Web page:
Media reports that an Australian council would ban the popular book from its libraries are incorrect.
Victorian councils are not planning to remove any children's books from library shelves, rejecting media reports that some, including Thomas the Tank Engine, would be banned under new gender guidelines.
Melbourne City Council has assured parents and children that they'll still be able to enjoy their favourite stories in the library, amid outrage over the claims.
"Our libraries aim to promote diversity, not censor books," a council spokesman said. "None of the books mentioned in media reports have been banned. The books mentioned are in stock at City Library."
Two years ago, the council commissioned the Australian National University to look into the development of gender roles, bias and stereotypes in preschool children.
The research, published in March, suggested educators should avoid defining children according to gender or label certain activities for boys and others for girls. Instead, it's recommended activities be equally promoted to all children.
"If girls avoid playing with toys such as Lego, they may miss opportunities to develop special and mechanical reasoning skills that are necessary for careers and courses in science, technology, engineering and mathematics,” the authors of the study wrote.
It warns about the impacts of girls playing with "hyper-feminised" toys such as Barbie and Bratz dolls but makes no mention of banning books.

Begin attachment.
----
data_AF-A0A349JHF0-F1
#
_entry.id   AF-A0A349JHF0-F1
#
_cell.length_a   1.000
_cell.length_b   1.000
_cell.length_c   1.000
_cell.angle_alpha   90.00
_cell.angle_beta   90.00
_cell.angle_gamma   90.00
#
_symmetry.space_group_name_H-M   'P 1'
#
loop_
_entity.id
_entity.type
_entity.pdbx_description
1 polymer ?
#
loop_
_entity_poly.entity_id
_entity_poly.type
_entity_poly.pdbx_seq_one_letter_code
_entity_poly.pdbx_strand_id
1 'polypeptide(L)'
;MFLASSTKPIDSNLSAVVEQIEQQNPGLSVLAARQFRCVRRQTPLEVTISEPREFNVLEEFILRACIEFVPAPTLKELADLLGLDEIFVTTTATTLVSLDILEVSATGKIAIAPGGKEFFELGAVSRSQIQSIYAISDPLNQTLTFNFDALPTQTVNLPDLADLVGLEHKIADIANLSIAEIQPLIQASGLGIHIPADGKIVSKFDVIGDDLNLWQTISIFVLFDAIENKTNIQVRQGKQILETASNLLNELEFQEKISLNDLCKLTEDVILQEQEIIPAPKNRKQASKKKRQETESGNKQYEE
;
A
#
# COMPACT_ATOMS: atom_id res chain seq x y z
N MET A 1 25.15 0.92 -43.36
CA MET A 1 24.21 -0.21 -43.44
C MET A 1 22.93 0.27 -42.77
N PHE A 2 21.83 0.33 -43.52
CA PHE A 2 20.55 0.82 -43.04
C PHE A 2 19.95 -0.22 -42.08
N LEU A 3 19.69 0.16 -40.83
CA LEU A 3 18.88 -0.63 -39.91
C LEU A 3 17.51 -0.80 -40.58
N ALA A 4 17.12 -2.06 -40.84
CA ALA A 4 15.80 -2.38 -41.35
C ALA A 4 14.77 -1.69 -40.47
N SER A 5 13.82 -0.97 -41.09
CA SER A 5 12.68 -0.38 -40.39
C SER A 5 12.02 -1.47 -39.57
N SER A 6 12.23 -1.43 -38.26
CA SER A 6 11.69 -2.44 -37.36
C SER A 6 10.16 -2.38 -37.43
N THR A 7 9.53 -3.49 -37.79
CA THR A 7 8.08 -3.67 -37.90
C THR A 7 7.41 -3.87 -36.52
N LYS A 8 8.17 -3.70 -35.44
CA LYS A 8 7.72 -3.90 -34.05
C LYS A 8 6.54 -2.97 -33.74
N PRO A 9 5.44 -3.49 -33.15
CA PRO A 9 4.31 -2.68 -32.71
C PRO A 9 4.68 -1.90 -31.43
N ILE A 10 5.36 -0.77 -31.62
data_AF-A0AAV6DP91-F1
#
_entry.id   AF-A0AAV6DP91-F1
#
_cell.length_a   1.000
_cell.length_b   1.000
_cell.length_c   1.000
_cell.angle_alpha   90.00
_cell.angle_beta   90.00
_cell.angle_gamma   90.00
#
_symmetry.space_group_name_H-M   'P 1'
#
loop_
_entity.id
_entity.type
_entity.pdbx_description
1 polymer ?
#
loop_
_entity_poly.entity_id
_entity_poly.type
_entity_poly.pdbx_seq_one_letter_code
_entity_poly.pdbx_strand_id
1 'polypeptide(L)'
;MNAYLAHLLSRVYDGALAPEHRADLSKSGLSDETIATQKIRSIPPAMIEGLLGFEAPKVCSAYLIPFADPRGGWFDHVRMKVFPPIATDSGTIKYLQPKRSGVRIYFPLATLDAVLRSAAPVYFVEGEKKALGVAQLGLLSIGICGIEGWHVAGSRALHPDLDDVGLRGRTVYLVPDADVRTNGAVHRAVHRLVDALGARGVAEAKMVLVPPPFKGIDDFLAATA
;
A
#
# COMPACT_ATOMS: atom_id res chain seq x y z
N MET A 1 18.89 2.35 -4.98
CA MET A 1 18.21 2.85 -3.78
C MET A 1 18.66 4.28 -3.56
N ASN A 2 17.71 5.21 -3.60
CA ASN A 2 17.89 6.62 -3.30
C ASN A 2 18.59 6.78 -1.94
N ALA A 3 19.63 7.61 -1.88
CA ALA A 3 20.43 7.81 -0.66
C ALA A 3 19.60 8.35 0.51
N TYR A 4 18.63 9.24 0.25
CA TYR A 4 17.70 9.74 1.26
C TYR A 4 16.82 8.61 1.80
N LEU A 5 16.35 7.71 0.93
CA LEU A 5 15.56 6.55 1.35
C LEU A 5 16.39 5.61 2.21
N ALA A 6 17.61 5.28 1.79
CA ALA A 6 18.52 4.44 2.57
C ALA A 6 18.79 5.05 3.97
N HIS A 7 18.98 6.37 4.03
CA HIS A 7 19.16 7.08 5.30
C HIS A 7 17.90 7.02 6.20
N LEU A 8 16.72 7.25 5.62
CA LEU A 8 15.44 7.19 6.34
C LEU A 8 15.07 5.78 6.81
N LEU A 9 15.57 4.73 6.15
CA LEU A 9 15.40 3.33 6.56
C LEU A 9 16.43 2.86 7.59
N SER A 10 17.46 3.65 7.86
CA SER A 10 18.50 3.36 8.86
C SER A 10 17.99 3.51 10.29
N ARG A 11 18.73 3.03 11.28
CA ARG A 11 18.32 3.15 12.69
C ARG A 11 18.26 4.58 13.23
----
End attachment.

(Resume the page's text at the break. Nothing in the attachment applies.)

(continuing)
'Boys should be boys'
The council was forced to clarify its position after a report in the Herald Sun suggesting books such as Thomas the Tank Engine and Winnie the Pooh could be removed from shelves sparked outrage on social media.
Many, including several male politicians, were quick to jump to the defence of Thomas and Winnie.
Opposition youth and families spokeswoman Georgie Crozier told the Herald Sun banning books was "crazy".
“Boys should be boys and girls should be girls,” she said.
“Any funding should be focused on interventions to prevent family violence, and not radical gender-based theories.”
Deakin University sexuality and relationships expert Debbis Ollis said on Monday a review of gender content of childrens' books and toys was necessary to build inclusive behaviours in children.
"We all suffer from unconscious gender bias and this sort of critical practice enables students and teachers to see the sexist nature of some books and the implication of the messages children are getting about who they can be," associate professor Ollis said.
But, she said, it was not necessary to ban books.
“Teachers and parents report that students are quite capable of seeing practices that discriminate or restrict children because of gendered stereotypes.”
A Melbourne City Council spokesman said the ANU research had informed a pilot project at a University of Melbourne children's centre and new resources were being developed to be used in other facilities.
"We plan to make the tools and resources available to the community to actively promote the rights of all children to have safe, equal and respectful relationships."